MITSS works to build awareness of the crucial need for support services, provides direct support to patients, families and clinicians, and consults with healthcare institutions to develop infrastructures for clinician peer support systems.
The MITSS website brings patients and clinicians into each other’s awareness to enable them to better understand each other.
Loud and clear: “Stay near!”
Listening to almost any patient’s recounting of an adverse medical event, one is struck by how often the physician withdraws in those situations, and how devastating that distancing is for the patient.
“I was undone by her disappearance,” says Peg Metzger of her doctor, in a moving patient video shared on the MITSS website.
Metzger’s story is a measured and poignant account of the many emotions she experienced during the months following an adverse outcome. Her feelings ranged from anger:
“Why should an adverse event feel like a hit-and-run accident? She was treating me like I would treat road kill: feel bad, but keep moving. And whatever you do, don’t look back.”
... to a desire to connect:
“I know that every story has at least two sides. I wanted to hear hers because how else was I going to ever make sense of what happened to me?”
... to speculation about the motives for her doctor’s behavior:
“Did she know I was still in the hospital? Did she care? Was she driven by fear? Or shame? Or was there a cover-up?”
Dr. Drill-Mellum understands the strong urge care providers can feel to turn inward rather than toward their patient in difficult circumstances. “Many physicians are introverts to start with,” she says. “They often don’t have strong social networks. In fact, they may have given up building their networks while their peers were building theirs, because of the demands of the profession. And they may fear they’ll appear weak or vulnerable. This is difficult work.”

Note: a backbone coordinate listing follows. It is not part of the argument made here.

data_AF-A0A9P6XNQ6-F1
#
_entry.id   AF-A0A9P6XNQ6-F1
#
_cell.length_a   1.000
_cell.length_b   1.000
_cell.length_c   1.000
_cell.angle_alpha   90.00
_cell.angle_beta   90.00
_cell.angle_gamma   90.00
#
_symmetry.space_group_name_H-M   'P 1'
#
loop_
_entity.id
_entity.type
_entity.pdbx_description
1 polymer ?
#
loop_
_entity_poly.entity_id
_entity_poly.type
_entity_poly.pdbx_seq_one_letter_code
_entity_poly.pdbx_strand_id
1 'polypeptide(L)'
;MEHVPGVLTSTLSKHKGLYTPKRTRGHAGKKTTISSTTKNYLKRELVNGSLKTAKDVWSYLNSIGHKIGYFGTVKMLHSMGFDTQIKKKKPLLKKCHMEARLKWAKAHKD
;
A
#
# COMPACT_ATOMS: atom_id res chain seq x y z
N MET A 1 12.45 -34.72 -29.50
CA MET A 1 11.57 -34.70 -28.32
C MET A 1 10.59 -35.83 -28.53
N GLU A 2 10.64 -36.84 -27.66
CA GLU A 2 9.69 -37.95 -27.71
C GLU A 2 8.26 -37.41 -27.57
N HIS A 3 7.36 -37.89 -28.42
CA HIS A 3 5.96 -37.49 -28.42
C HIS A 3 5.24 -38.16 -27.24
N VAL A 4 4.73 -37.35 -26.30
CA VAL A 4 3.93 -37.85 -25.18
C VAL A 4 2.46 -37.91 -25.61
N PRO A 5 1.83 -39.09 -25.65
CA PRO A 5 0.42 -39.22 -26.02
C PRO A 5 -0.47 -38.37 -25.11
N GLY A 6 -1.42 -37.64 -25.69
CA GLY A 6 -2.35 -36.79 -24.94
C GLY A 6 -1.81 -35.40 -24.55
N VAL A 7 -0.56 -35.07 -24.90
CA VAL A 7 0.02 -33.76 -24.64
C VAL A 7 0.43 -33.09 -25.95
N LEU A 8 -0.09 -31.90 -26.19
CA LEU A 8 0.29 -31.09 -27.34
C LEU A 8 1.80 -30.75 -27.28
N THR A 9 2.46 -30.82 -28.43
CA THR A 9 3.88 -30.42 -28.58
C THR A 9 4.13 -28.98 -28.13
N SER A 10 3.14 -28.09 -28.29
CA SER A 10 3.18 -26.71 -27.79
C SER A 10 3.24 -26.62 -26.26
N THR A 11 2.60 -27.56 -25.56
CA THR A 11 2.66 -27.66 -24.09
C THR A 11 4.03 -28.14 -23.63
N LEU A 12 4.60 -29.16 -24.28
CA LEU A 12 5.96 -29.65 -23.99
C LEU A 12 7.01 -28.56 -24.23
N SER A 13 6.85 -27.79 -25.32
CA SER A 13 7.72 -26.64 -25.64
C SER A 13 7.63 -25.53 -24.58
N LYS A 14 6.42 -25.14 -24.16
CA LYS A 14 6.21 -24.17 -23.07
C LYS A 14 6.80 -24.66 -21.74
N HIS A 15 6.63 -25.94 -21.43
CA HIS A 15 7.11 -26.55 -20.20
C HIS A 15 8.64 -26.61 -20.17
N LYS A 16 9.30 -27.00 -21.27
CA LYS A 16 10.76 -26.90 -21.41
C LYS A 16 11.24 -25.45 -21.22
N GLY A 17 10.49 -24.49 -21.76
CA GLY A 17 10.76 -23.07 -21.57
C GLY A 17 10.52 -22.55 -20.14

It can be different
Sometimes, the courage to resist turning away requires the encouragement of someone able to help you see the bigger picture. Scott recalls one physician in this situation.
“She’d had a bad experience and had really shied away from the family,” Scott says. “A colleague urged her to go to the bedside and talk to the family.”
Reluctantly, the physician agreed. As Scott recounts, “She sat down on the side of the bed and said, ‘I’m terribly sorry this happened to you.’ The patient started to cry. The physician cried. They hugged. Six years later, she’s still treating that patient.”
That’s the difference the right support at the right time can make.
GETTING STARTED WITH CLINICIAN SUPPORT
Survey your organization, advises Sue Scott, PhD. You may be surprised at the results. In 2007, Scott’s team added just two questions to an internal patient safety culture survey. In answering these questions, almost 1 out of 7 staff members reported they had experienced a patient safety event within the past year that had caused personal problems such as anxiety, depression or concerns about their ability to perform their job. And almost 70 percent of these clinicians reported they did not receive institutional support.
Check out the Clinician Support Toolkit on the MITSS website (see Resources). This comprehensive resource includes help for every stage of program development, including assessments, work-plans, how-to guides, communication pointers and inspiring videos.
Ask around to find out who are the natural caregivers in your organization. People will be eager to name them, and they can become champions for your efforts. Scott says she finds that palliative care providers are often very good in critical situations and can be valuable resources.
Connect with others on the journey. Ask for help from those ahead on the trail. And be generous in sharing what you learn with others.
Bombing White Paper — Schwartz Center
Tools for Building a Clinician and Staff Support Program
Lynn Welch is Senior
COmmunications Consultant with MMIC.